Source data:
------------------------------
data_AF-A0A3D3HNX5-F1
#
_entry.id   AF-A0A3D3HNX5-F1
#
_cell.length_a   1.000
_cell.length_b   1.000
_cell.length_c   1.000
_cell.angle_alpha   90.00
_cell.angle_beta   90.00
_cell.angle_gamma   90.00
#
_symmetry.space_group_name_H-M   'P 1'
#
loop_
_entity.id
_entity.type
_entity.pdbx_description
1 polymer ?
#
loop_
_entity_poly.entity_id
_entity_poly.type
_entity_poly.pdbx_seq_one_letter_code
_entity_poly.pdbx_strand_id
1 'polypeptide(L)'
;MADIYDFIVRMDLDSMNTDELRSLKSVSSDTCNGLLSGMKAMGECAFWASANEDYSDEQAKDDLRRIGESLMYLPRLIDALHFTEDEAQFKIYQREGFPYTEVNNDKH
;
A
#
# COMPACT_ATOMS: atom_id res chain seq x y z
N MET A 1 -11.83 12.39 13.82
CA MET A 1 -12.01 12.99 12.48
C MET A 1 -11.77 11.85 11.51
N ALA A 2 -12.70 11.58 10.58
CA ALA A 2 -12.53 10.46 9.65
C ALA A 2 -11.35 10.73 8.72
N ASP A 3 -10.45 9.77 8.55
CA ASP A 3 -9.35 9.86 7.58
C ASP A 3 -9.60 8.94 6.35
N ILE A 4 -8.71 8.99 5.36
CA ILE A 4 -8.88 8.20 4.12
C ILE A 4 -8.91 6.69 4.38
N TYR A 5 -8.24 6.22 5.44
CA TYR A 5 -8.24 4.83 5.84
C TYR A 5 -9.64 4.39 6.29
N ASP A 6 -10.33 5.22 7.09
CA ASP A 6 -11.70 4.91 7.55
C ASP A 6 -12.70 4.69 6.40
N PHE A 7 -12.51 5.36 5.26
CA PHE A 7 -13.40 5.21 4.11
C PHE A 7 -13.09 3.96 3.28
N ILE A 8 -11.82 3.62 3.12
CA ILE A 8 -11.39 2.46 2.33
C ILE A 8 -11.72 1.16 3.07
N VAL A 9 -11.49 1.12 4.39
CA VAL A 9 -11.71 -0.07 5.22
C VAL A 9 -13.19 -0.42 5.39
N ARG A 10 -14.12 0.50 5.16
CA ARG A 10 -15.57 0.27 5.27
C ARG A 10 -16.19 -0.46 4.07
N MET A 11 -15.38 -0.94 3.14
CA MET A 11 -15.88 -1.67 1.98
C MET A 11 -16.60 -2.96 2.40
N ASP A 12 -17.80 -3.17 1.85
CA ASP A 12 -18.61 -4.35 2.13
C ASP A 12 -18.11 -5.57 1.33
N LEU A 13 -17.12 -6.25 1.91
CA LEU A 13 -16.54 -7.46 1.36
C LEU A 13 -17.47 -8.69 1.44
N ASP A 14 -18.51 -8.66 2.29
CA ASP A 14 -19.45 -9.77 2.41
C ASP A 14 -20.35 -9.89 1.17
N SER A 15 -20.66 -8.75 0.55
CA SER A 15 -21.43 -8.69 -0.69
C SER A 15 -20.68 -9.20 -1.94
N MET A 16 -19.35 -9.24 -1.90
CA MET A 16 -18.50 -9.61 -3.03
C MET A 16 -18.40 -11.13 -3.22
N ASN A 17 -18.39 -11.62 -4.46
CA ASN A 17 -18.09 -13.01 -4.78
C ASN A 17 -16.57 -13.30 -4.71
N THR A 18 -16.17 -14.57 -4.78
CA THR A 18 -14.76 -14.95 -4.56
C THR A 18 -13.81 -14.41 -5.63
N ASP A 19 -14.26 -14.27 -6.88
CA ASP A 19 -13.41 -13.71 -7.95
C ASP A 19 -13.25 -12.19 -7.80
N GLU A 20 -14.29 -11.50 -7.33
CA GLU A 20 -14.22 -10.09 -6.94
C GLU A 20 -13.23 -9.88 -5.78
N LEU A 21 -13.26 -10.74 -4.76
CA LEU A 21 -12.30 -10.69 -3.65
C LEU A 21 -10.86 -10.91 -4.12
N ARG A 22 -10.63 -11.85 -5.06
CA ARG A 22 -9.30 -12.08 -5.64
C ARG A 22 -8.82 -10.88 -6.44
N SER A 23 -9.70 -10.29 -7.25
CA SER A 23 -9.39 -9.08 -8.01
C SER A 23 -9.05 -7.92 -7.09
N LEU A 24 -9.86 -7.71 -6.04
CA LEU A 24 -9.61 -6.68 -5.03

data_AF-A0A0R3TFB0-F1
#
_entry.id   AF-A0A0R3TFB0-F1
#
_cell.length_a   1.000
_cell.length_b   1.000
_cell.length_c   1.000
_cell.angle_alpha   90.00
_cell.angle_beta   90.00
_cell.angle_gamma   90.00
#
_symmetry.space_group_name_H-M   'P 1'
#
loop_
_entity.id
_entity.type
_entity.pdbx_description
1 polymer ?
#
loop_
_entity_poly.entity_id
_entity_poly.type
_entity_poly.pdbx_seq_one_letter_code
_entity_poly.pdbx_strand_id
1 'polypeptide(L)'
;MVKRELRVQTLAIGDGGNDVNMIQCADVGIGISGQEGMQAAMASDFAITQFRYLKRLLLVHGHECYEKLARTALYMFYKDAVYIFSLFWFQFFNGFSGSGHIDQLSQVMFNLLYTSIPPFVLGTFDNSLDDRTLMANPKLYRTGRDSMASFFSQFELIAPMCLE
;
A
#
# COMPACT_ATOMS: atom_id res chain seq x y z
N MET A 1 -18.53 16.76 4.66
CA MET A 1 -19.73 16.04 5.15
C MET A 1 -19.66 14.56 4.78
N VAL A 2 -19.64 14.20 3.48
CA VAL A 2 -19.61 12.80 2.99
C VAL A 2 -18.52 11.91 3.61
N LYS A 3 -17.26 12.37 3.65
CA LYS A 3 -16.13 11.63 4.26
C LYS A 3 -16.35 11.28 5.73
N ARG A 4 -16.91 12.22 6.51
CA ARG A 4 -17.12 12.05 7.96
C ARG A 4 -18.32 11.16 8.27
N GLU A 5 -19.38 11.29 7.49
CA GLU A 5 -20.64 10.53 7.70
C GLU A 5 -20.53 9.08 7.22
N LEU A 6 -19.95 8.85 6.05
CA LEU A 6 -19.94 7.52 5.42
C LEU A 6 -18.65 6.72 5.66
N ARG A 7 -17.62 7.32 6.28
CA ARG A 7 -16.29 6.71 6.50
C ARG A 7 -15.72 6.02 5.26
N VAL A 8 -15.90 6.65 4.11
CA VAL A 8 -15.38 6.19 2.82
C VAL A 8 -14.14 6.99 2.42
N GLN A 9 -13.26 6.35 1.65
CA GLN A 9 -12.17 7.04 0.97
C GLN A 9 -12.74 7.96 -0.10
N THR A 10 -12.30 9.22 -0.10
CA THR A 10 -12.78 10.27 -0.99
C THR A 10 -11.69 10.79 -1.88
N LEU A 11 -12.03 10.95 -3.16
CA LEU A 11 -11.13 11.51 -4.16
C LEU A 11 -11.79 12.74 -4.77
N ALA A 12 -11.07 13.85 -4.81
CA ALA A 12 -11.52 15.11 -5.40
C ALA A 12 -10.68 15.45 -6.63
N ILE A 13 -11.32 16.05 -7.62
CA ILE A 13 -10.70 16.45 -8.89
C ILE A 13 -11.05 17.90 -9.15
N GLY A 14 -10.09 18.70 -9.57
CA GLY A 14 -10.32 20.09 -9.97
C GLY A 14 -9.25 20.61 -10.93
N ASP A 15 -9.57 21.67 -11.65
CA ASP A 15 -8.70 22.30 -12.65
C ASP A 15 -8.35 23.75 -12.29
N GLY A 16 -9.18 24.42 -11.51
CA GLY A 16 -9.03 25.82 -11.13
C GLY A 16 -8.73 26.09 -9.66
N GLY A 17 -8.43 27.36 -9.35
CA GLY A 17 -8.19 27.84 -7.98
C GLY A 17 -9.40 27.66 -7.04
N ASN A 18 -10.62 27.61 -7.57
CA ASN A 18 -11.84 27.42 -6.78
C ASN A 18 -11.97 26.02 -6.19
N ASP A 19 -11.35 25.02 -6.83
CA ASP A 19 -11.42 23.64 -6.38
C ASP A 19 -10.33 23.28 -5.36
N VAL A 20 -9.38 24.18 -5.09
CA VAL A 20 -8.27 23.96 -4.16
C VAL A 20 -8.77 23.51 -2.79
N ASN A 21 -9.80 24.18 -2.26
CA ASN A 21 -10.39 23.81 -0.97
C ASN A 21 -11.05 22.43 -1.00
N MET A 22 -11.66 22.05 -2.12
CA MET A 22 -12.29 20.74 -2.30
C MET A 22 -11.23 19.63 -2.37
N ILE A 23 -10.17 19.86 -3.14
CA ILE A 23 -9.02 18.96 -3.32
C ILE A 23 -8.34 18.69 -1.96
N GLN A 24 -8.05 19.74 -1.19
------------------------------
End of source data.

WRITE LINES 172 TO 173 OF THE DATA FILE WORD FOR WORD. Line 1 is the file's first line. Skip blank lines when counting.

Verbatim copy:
CA GLY A 14 -10.32 20.09 -9.97
C GLY A 14 -9.25 20.61 -10.93